|37000 Feet||Browse and search NASA's
Aviation Safety Reporting System
|Local Time Of Day||1201 To 1800|
|Locale Reference||airport : zzz.airport|
|Altitude||agl single value : 0|
|Operator||general aviation : personal|
|Make Model Name||PA-28 Cherokee/Archer II/Dakota/Pillan/Warrior|
|Operating Under FAR Part||Part 91|
|Flight Phase||landing : roll|
|Function||flight crew : single pilot|
|Qualification||pilot : private|
|Experience||flight time last 90 days : 3.4|
flight time total : 158.5
flight time type : 96.2
|Anomaly||non adherence : published procedure|
other anomaly other
|Independent Detector||other flight crewa|
|Resolutory Action||flight crew : landed in emergency condition|
|Problem Areas||Flight Crew Human Performance|
|Primary Problem||Flight Crew Human Performance|
Running out of fuel caused the incident. An emergency landing was made in a farmer's field. Preflight check of the fuel tanks showed fuel level just below the tabs in both wings. After visual inspection of fuel it was thought to have more than 3 hours of fuel remaining. Logbook showed previous pilot flew the plane 2.2 hours. With this in mind and useful fuel available 5.5 hours for fuel tank, it was assumed that 3.3 hours of fuel remained. After start-up of plane, fuel gauges showed 1/2 tank of fuel in both tanks. Still thinking at least 3 hours of fuel available. Maximum time of flight was 2 hours. After 1.4 hours of flying, the engine quit and a successful landing was made in a farmer's field with no injuries or damage to the plane. The following day the plane was flown out of the field and back to its home airport. After reviewing the logbook on the fueling of the airplane, it showed that the plane had not been fueled the morning of the incident. Checking the fuel logbook with the plane's logbook, it was determined that the useful fuel on board the plane was only 1 hour. To prevent this type of incident from happening again, 2 things need to be done before entering the plane: 1) visual check of fuel tanks, 2) if fuel tanks are not full, then the fuel logbook needs to be checked to be certain of how much fuel is on board.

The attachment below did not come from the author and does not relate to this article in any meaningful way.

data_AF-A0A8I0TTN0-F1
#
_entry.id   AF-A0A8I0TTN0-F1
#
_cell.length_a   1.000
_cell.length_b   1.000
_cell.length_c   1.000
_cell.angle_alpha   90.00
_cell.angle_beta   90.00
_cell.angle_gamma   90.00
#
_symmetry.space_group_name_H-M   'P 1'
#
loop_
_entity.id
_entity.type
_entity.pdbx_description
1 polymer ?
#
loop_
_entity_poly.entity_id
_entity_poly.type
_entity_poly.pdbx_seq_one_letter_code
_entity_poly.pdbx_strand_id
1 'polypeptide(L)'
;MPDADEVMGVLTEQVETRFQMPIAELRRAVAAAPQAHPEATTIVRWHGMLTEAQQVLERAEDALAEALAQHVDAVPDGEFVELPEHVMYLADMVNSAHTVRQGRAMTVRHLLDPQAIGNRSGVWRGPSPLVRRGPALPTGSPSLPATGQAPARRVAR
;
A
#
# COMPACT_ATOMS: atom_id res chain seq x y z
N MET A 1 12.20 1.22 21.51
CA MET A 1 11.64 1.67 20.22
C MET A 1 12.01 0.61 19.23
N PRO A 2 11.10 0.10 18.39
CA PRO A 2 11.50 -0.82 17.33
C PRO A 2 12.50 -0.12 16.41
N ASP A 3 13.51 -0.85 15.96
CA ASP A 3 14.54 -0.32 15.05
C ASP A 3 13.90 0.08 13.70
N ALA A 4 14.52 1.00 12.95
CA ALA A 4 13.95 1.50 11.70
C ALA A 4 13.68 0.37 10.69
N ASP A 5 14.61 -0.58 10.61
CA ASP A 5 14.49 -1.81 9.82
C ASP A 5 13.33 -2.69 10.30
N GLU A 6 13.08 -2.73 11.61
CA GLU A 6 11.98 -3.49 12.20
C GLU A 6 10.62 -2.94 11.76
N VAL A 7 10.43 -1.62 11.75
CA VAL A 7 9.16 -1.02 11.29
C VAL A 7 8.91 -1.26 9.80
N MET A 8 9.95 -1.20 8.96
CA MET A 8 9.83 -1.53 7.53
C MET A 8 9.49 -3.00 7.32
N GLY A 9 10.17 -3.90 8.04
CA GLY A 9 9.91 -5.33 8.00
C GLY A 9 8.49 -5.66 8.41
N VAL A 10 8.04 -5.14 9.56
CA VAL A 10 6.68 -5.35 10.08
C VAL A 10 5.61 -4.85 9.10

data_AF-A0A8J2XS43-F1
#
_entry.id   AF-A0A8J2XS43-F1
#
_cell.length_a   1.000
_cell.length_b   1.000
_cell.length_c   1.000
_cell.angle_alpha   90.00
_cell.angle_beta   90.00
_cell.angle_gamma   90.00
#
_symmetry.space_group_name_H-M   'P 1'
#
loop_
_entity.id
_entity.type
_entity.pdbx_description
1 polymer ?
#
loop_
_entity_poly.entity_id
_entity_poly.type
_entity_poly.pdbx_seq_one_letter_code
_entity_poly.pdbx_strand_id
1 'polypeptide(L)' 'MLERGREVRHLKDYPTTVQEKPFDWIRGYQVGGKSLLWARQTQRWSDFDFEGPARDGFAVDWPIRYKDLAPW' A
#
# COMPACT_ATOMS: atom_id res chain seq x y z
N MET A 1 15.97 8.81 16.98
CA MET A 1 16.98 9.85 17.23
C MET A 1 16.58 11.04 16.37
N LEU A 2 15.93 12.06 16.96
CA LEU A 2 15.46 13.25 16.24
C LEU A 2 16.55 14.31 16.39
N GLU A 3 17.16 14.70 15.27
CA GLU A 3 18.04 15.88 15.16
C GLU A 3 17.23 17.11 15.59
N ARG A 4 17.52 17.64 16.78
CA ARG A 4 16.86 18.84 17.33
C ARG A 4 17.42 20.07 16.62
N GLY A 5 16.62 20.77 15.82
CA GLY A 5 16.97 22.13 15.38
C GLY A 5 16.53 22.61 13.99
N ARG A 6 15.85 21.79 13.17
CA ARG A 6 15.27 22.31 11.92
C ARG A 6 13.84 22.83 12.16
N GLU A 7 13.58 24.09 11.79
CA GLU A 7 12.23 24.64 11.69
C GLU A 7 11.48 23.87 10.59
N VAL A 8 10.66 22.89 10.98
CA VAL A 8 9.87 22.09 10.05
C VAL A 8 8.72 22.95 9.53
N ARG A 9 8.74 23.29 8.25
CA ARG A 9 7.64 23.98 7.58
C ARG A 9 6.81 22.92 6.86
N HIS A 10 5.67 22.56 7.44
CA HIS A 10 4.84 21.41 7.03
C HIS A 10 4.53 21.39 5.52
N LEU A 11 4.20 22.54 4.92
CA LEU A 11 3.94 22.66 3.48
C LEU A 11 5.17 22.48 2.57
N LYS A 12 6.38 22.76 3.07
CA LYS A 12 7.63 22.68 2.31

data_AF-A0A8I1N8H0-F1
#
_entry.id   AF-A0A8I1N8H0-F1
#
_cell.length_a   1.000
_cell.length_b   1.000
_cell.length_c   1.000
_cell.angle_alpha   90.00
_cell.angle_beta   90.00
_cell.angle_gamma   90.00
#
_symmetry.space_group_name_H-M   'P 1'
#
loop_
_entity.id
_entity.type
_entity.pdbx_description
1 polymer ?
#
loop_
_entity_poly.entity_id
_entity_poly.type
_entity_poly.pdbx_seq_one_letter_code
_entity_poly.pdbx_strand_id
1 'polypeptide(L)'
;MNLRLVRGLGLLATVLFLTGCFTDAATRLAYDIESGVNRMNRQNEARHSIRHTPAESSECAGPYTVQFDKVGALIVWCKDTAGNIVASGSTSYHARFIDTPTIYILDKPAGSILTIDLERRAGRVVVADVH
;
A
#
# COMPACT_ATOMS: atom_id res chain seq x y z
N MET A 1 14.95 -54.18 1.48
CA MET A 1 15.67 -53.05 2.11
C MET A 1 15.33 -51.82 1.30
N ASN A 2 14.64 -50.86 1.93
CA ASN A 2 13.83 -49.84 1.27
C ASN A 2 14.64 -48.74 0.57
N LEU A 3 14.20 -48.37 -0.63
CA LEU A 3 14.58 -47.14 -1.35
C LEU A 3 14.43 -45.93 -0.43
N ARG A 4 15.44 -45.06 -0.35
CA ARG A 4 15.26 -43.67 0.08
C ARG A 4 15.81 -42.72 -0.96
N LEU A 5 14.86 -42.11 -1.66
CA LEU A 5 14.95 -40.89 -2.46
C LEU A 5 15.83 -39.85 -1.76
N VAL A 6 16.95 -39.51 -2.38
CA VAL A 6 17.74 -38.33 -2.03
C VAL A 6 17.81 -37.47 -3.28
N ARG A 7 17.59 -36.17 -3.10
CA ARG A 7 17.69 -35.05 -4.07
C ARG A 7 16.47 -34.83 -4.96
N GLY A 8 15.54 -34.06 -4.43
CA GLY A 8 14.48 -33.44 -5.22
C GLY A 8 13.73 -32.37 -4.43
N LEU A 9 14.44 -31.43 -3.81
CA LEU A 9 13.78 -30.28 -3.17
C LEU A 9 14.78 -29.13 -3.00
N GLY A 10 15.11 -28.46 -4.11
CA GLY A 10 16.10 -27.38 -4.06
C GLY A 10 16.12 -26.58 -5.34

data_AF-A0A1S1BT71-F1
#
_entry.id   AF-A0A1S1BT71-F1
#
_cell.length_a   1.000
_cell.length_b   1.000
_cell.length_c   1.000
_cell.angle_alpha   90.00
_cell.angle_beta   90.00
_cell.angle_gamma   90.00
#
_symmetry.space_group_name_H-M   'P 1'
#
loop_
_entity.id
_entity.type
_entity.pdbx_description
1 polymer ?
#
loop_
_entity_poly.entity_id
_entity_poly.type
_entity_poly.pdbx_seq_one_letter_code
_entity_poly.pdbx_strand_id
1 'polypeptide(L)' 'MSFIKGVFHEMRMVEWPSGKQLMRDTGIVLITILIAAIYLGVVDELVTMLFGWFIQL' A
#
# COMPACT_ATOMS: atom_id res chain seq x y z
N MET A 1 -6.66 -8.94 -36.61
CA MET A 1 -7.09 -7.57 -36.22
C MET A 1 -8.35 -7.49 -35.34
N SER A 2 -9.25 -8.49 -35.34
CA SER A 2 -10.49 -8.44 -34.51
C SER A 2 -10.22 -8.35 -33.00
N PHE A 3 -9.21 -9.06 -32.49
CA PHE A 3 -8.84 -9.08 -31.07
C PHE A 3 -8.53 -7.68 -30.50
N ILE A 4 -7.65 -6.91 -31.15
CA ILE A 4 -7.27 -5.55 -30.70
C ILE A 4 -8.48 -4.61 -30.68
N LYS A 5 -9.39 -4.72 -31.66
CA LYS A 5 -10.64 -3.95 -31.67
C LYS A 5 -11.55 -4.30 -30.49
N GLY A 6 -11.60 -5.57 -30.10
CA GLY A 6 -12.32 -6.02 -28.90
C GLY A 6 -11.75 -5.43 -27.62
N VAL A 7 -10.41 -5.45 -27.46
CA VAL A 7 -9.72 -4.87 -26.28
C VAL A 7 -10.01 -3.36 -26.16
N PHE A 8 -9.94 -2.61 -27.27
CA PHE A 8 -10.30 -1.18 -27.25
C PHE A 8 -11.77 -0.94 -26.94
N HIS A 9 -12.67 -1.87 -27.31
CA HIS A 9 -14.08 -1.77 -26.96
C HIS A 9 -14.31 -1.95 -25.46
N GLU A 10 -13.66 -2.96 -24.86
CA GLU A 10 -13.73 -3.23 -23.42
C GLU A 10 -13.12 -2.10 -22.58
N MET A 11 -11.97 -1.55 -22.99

Original NASA ASRS Text
Title: A PA28 PLT EXPERIENCED FUEL EXHAUSTION AND LANDED IN A FIELD S OF ZZZ.
Narrative: RUNNING OUT OF FUEL CAUSED THE INCIDENT. AN EMER LNDG WAS MADE IN A FARMER'S FIELD. PREFLT CHK OF THE FUEL TANKS SHOWED FUEL LEVEL JUST BELOW THE TABS IN BOTH WINGS. AFTER VISUAL INSPECTION OF FUEL IT WAS THOUGHT TO HAVE MORE THAN 3 HRS OF FUEL REMAINING. LOGBOOK SHOWED PREVIOUS PLT FLEW THE PLANE 2.2 HRS. WITH THIS IN MIND AND USEFUL FUEL AVAILABLE 5.5 HRS FOR FUEL TANK, IT WAS ASSUMED THAT 3.3 HRS OF FUEL REMAINED. AFTER START-UP OF PLANE, FUEL GAUGES SHOWED 1/2 TANK OF FUEL IN BOTH TANKS. STILL THINKING AT LEAST 3 HRS OF FUEL AVAILABLE. MAX TIME OF FLT WAS 2 HRS. AFTER 1.4 HRS OF FLYING, THE ENG QUIT AND A SUCCESSFUL LNDG WAS MADE IN A FARMER'S FIELD WITH NO INJURIES OR DAMAGE TO THE PLANE. THE FOLLOWING DAY THE PLANE WAS FLOWN OUT OF THE FIELD AND BACK TO ITS HOME ARPT. AFTER REVIEWING THE LOGBOOK ON THE FUELING OF THE AIRPLANE, IT SHOWED THAT THE PLANE HAD NOT BEEN FUELED THE MORNING OF THE INCIDENT. CHKING THE FUEL LOGBOOK WITH THE PLANE'S LOGBOOK, IT WAS DETERMINED THAT THE USEFUL FUEL ON BOARD THE PLANE WAS ONLY 1 HR. TO PREVENT THIS TYPE OF INCIDENT FROM HAPPENING AGAIN, 2 THINGS NEED TO BE DONE BEFORE ENTERING THE PLANE: 1) VISUAL CHK OF FUEL TANKS, 2) IF FUEL TANKS ARE NOT FULL, THEN THE FUEL LOGBOOK NEEDS TO BE CHKED TO BE CERTAIN OF HOW MUCH FUEL IS ON BOARD.
Data retrieved from NASA's ASRS site as of July 2007 and automatically converted to unabbreviated mixed upper/lowercase text. This report is for informational purposes with no guarantee of accuracy. See NASA's ASRS site for official report.